British-born academic sent to U.K. to fight university boycott
The anti-Israel boycott movement in the U.K. has woken up Britain's Jewish community, Israel's new official academic representative in the U.K. on the issue said during a recent interview.
"They are more laid back than the American Jewish community, and the boycott was the straw that broke the back of the camel. They've poured in their resources," Prof. David Newman characterized the British Jewish community. "There has been a gradual growth in anti-Israel and anti-Semitic sentiment. It's been a war of attrition, another bit here, another bit there. But the proposal of the [University and College Union], the fact that it was aimed at universities - a place for open, liberal discourse - this really woke them up."
Jewish communal organizations like BICOM, the Britain Israel Communications and Research Centre, "have been given a new lease on life by becoming active in the boycott issue," Newman said. The professor of political geography at Be'er Sheva's Ben-Gurion University of the Negev will be moving to Britain for his new posting.
Newman was the only Israeli academic to attend the UCU Annual Conference in Bournemouth, England, in May where the boycott motion was passed. He led the opposition to the proposal.
In his new position, Newman will be the on-the-ground coordinator of the anti-boycott project and work on behalf of the Israeli academic community. He aims to forge contacts for joint Israeli-British conferences, research projects and scientific collaborations. He will endeavor to ensure that Israelis are invited to and participate in British academic conferences and that they continue to seek academic postings for sabbaticals in the U.K. in departments ranging from biotechnology to Jewish studies.
"We feel there is a window of opportunity. Beyond the unions, there is good will toward Israeli universities and we need to use that to our advantage," Newman said. "We want to use the window of opportunity to develop stronger ties and further links between the two academic communities," he said. "The worst is for Israeli academics to say, 'why should we go to the UK when there is that kind of atmosphere. I'll go to North America instead.' But that's self-implementing a boycott where even the pro-boycott forces weren't able to succeed." Born, raised and educated in England, Newman is keenly familiar with British academia and says his accent "absolutely helps" the position. He has degrees from the University of London and from Durham University and is editor of the international quarterly Geopolitics. He will be teaching at the University of London this year.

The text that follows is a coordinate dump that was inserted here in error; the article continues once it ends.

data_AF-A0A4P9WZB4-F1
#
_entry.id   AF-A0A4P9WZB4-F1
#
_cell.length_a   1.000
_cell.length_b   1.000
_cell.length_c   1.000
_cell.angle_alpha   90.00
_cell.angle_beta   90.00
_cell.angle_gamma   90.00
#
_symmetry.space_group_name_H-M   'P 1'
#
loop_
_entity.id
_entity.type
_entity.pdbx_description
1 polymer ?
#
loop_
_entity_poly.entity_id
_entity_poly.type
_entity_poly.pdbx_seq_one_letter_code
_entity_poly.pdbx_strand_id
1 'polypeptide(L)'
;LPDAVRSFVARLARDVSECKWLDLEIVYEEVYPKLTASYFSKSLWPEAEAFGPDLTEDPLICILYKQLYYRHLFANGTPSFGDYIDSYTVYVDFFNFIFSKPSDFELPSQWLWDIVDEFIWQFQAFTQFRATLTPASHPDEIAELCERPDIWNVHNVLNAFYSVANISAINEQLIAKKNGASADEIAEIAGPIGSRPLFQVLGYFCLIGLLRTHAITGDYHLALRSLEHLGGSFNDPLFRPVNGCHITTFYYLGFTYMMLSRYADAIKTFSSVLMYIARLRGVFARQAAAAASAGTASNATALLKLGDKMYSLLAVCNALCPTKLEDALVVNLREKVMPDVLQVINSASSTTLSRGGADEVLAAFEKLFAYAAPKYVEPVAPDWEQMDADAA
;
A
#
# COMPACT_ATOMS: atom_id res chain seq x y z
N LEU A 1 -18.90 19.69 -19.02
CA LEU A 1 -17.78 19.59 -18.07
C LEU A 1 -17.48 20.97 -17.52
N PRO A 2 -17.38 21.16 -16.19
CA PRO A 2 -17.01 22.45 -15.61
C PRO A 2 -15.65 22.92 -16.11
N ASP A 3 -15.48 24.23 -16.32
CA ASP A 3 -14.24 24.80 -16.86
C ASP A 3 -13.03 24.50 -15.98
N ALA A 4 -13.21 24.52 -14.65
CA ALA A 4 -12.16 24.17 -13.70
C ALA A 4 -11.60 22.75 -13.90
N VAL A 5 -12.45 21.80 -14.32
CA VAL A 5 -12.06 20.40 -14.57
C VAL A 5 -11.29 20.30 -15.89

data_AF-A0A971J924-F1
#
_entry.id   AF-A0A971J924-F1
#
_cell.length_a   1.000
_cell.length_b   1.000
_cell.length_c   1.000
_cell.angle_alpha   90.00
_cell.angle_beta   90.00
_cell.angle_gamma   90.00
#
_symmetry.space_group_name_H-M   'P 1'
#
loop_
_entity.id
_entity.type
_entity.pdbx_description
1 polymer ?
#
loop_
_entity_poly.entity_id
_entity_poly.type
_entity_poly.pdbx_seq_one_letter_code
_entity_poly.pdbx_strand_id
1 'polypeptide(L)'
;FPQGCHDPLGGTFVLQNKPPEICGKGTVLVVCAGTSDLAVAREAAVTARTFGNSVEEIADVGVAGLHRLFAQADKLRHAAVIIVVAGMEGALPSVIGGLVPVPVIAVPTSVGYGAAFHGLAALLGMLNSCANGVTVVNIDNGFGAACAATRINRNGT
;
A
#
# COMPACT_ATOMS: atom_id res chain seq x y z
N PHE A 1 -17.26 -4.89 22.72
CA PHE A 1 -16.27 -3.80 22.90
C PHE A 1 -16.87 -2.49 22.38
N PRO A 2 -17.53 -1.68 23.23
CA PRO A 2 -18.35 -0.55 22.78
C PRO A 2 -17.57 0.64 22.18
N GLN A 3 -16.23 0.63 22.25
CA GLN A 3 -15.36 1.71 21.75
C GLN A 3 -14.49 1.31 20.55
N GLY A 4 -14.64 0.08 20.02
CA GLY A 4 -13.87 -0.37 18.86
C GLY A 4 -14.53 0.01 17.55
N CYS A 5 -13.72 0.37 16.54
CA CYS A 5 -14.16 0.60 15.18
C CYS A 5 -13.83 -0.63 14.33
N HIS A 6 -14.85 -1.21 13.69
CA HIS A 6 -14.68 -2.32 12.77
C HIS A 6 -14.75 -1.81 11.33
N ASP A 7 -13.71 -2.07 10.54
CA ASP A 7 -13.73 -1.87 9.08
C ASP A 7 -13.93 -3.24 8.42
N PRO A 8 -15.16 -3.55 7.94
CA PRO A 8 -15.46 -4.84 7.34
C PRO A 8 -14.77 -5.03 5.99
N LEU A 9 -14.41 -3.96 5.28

Newman says that anti-Israel sentiment in Britain today has increased in the past 10 years but insists that the situation is not as bad as Israelis or the American Jewish community believe. "Hitler is not knocking on the door here. Jews aren't being physically threatened," he said. "But there is something happening."
In the new position, Newman will work under the aegis of the International Advisory Board for Academic Freedom. His appointment was agreed last month at a meeting of representatives from the foreign and education ministries and from Israeli universities.
"We've had the Israeli embassy and the Jewish community, but not someone in the Israeli university world, despite the fact that it was academics that were being targeted," Newman said about the appointment. "We felt there needs to be an Israeli academic response and not just a response from the Jewish community."
Newman insists that the boycott movement has essentially failed and that the possibility of a real academic boycott is "minimal" despite the noise and media attention the movement continues to receive. "The pro-boycotters failed in the sense that they have not been able to implement any significant boycott as such and never will be [able to]." According to Newman, the boycott cannot succeed because those behind it are "junior academic[s]" who do not have the support of more senior professors and researchers at their respective universities, who "don't have time for union politics."
Still, he worries about what the boycott means for students and for the careers of younger, less established academics. "When we try to send doctoral and post-doctoral Israeli students [to the U.K.], we will often get a polite letter that there are only five slots available for 20 applicants," he said. "Ninety-nine times out of 100, it's a legitimate response because of scarce resources. But you never know if one or two times, it's because someone in the department doesn't want an Israeli academic. We're worried not about an open boycott, but about a silent boycott at a junior level."
Newman admits that the anti-boycott movement has failed to curb anti-Israel sentiment, which continues to flourish in British academic, but says that was not its aim. "It's not about Israel right or wrong. The anti-boycott movement needs to focus on the denial of academic freedom, liberal space and dialogue," Newman said. He remains optimistic and believes that the Israeli ambassador-elect to Britain, Ron Prosor has the potential to effect "huge change." The Foreign Ministry, Newman says, is "sending an excellent ambassador this time around."
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